Online investors spend a good deal of time talking about how to find the best stock or mutual fund and deciding when to buy it. What we don't talk about too much, even though I see evidence of it all the time in the Start Investing community, is the financial paralysis that seizes some people, leaving them unable to make almost any decision about their money.

It's a common problem, according to Daniel Kegan, an organizational psychologist and lawyer in Chicago, who conducts workshops to help people grapple with these feelings. Worse yet, he says, millions of financial services' advertising dollars are spent to encourage a feeling of helplessness. "There are powerful forces in society that want you to believe you're incompetent, and that the only way you can survive, much less flourish, is to pay money to somebody else who knows more than you do," Kegan says.

If you are one of those who feel paralyzed, turning your money over to someone else may not be the best solution. Instead, you could recognize that you will make some mistakes, but that you can also learn and improve. "A 0.333 batting average in baseball is pretty good," Kegan says. "And if you pay attention to yourself, your environment and who you are influenced by, you can quickly get better, smarter and richer."

Now, I'm not sure I'd be happy with getting just a third of my financial decisions right. But all in all, I think Kegan has a point. You won't get anywhere unless you accept that you're going to make some mistakes. I see that all the time in our Start Investing community. A "newbie" will be trying to choose between two mutual funds, and I have the sinking feeling that after picking one, this investor will kick himself every time the other one seems to be doing better than the one he bought. Worse yet, he might prematurely sell his first choice in order to buy the other one.

Learn From the Losses

That's no way to learn. You have to make the best choice you can with the information you have at the moment, and then accept your mistakes -- or let's call them "decisions that could have been better." Learn from them and move on. It's what you learn from the decisions you make -- particularly from your mistakes -- that's most important in the end.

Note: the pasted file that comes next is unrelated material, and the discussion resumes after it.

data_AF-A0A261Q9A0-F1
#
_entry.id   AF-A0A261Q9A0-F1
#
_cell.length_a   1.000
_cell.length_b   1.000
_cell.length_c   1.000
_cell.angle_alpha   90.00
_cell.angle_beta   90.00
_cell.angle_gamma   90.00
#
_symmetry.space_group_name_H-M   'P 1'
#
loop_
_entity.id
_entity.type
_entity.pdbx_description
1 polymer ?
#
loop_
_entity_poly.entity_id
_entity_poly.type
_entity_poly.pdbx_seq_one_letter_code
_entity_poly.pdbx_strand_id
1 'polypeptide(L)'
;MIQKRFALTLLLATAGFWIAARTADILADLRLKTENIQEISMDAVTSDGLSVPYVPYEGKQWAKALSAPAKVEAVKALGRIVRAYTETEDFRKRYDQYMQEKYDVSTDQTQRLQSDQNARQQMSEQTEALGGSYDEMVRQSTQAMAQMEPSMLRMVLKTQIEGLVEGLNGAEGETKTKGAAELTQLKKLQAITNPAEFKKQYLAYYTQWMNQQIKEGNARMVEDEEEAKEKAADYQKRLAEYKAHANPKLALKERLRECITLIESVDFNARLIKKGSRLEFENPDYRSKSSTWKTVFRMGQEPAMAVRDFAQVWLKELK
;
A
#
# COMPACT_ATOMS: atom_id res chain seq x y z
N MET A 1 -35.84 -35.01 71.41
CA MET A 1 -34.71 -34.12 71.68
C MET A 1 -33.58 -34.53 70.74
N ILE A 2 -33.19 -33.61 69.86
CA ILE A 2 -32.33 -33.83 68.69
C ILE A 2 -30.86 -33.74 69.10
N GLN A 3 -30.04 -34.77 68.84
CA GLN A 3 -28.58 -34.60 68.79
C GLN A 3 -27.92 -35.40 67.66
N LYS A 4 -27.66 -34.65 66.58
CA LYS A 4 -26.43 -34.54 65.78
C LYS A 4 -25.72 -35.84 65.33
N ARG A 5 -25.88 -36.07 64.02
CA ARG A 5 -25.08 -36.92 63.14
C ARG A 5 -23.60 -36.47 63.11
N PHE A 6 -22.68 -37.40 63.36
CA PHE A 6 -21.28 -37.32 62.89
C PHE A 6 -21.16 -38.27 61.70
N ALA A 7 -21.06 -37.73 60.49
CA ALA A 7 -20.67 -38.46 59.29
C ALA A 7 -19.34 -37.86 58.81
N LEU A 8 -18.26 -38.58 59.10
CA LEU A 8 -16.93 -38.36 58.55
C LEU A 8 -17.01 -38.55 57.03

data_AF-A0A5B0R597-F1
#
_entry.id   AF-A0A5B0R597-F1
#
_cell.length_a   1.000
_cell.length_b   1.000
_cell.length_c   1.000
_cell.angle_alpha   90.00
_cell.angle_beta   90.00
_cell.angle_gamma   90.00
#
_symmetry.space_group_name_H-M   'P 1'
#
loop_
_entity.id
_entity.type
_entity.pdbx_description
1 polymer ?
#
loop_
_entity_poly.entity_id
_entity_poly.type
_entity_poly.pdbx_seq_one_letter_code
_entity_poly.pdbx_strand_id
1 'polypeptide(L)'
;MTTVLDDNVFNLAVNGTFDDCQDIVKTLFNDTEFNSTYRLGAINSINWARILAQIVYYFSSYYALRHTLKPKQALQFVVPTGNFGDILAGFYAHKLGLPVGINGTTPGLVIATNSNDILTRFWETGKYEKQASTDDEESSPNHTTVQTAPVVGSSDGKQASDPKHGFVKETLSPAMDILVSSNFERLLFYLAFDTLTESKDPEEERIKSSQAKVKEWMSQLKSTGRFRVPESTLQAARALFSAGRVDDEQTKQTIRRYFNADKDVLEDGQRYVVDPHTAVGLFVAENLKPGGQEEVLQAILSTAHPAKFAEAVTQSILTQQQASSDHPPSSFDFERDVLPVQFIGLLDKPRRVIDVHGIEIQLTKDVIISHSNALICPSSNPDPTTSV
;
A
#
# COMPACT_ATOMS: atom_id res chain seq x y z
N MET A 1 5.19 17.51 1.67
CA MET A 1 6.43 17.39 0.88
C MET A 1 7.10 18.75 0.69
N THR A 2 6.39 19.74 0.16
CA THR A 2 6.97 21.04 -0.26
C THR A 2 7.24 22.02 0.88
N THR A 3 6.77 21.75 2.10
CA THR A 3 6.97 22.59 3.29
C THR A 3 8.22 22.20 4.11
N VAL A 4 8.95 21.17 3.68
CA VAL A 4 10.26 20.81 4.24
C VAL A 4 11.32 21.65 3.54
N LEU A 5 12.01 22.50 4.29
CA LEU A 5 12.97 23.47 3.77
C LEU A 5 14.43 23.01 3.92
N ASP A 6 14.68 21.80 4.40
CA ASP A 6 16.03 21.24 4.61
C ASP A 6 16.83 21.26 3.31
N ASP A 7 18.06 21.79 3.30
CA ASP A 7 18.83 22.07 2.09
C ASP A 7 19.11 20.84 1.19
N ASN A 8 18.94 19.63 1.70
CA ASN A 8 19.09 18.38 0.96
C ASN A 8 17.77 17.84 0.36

(Naturally, you don't have to make room in your portfolio for all your past mistakes. That would be like inviting all the boyfriends you didn't marry to come and live with you. Every investor's portfolio evolves as she gets smarter and more confident.)

I remember when Scott McMillin, one of our message board regulars, got started as an investor. He bought index funds for his tax-deferred accounts. He learned about indexing, liked the idea and wanted to dive right in. Once he got the retirement portfolio set up and wanted to start a taxable portfolio, he realized that he'd made a "decision that could have been better."

He could see now that active funds, which threw off taxable gains, should have been in his tax-advantaged account and the index funds, which are much more tax-efficient, should have been in the taxable account. But could he have made his initial decision differently? I don't think so. I think he made the best decision he could with the information he had available at the time. That's called a learning curve.

Of course, Scott could have learned this lesson by researching Web sites like

MSN MoneyCentral


, or by reading any number of good investment books. But he says that he finds he doesn't really pay attention until his money is at stake. I suspect lots of people are like that.

Focus On the Goal

Kegan makes some other excellent points, too. For instance, he says it's important to think about the people you hang out with. "If your friends are the type who say: 'Gee. I don't know what to do. Let's go to the mall,'" you're probably not going to be tucking your money away into mutual funds.

Contrast the mall rats with Ellie Mae, one of our newsgroup regulars who brown-bags it to the office, cooks everything from scratch at home and plans to volunteer at a soup kitchen where she can share her cooking skills. "You have to think about what you want to do with your life," Kegan says. "You want to have friends who reinforce your values." Here he quotes author Andrew Tobias who said: "What's the best way to save? Don't spend money."

All spending and saving issues are a combination of three things, Kegan says: Your values, clarity and demystification. Hmmm. Well put.

The values come first. How do you want to live? What do you want your money to do? Then you need some clarity. How will you accomplish your goals? And, money jargon can be intimidating for the novice. But you can pick it apart, one piece at a time, once you've got your values down.